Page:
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Married to someone with Asperger's? Support group here! (Thread 3)

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MNHQ have commented on this thread.

ChangerOfNameAspieThread Sat 29-Dec-18 14:44:38

This thread is for partners seeking to understand the dynamics of their relationship with someone with ASD. It is a support thread, and a safe space to have a bit of a rant. Avoid sweeping generalisations if possible, try and keep it specific to you and your partner.
(ASD partners welcome to lurk or pop in, but please don't argue with other posters and tell them they are wrong.)

Some resources from the threads so far:
www.theneurotypical.com/effects-on-differing-nd-levels.html
www.maxineaston.co.uk/cassandra/
I've probably missed some, but will try to gather them later and put in a comment for the next thread!

Previous threads:
1st thread: www.mumsnet.com/Talk/relationships/3281058-Is-anyone-married-to-someone-with-Aspergers
2nd thread: www.mumsnet.com/Talk/relationships/3325419-married-to-someone-with-asperger-s-support-group-here

Italiangreyhound Sat 29-Dec-18 15:30:24

I have found these interesting reading.

My dd is on the spectrum and I hope to get some insights for her and any woman or man she ends up with. Hope it is ok to lerk!

ChangerOfNameAspieThread Sat 29-Dec-18 15:43:37

Italiangreyhound of course!

One thing to keep in mind is that nowadays there are more diagnoses in childhood. That completely changes things - for good or bad I'm not sure! It does mean that when today's children enter relationships as adults they will at least know they have a different way of thinking and processing the world and people around them. They will have grown up with some extra attention paid (at least in comparison to the past) to helping them understand how to reach across the bridge of that difference and also not needing to mask quite so much.

Many of the problems arising in these threads is, in my mind, partly caused because neither partner knew what was going on beneath the surface.

I would hope that things are less painful for everybody in the future.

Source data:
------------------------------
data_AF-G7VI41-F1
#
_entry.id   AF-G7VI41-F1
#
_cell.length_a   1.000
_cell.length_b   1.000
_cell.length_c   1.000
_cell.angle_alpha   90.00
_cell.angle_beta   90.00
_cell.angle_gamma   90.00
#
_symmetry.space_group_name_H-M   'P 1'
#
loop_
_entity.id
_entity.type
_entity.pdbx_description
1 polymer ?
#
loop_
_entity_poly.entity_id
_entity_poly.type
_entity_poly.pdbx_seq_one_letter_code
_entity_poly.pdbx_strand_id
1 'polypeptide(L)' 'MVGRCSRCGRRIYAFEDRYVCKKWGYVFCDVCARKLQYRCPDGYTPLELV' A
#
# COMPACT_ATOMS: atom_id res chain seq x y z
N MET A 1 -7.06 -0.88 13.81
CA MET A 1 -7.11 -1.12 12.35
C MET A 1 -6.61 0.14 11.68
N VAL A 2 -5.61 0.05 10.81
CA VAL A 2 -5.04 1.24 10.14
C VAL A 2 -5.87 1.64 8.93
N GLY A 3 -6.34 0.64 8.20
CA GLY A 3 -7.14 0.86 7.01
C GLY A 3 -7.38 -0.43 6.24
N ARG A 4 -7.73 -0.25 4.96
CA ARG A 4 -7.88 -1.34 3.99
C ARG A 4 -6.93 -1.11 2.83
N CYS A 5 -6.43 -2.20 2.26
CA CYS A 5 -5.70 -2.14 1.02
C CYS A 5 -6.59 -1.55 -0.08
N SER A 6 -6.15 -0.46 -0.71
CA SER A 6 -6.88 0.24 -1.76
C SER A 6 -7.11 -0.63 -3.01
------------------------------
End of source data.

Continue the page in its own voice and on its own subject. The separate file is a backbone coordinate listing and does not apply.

SwearyInn Sat 29-Dec-18 16:37:22

Hi. Female Aspie here.

Whilst absolutely recognising that anyone in an unhappy relationship - NT or ND - has a right to be able to air and discuss their problems, I find it a bit worrying when I see Maxine Aston and her self-coined Cassandra Syndrome referenced.

I’d just like to point out that she is not a psychiatrist or psychologist (or even any formal Asperger diagnosis qualifications). She has an MSc in “Health Psychology”. She does however make a lot of money out of NT/ND counselling (and handing out unofficial diagnoses). I think that is important to bear in mind when reading her “research”.

ItalianGreyhound - I was late diagnosed so never had the benefits of my parents understanding why I was as I was (if that makes sense??). It would have made such a difference to know I was lovable AND likeable as I was made to feel like a bit of a failure on that front. But the fact you are on here asking how to help is such a positive sign!

QueenieIsLost Sat 29-Dec-18 19:48:13

Joining in.
I’ve name changed numerous times since the start if those threads but still following.

I have to say I’m delighted to see a thread in ASD/NT relationship going on wo been shut down. It didn’t use to be the case.

Having said that, for me, this is not about making the relationship better. More about getting through the next few months/years until I feel I can leave wo a backward glance.
There was a thread in here about a woman who struggled with the fact she couldn’t muster any compassion for her DH when he actually really needed it as she had detached so much.
It feels like this a lot of the time sad

QueenieIsLost Sat 29-Dec-18 19:51:17

Re Cassandra syndrome.

I have to say, that description works for me.
I have no idea if it is sound research wise but it’s a good description of how it has been for me. The one thing it does is to validate my feelings and telling me I’m not the crazy one (not that H is. But he made me feel I was so often that I started to think I was indeed crazy/overbearing/oversensitve etc....)

I think that’s also why so many people are using that phrase.

WhatOnEarthDoIDoNow Sat 29-Dec-18 20:09:13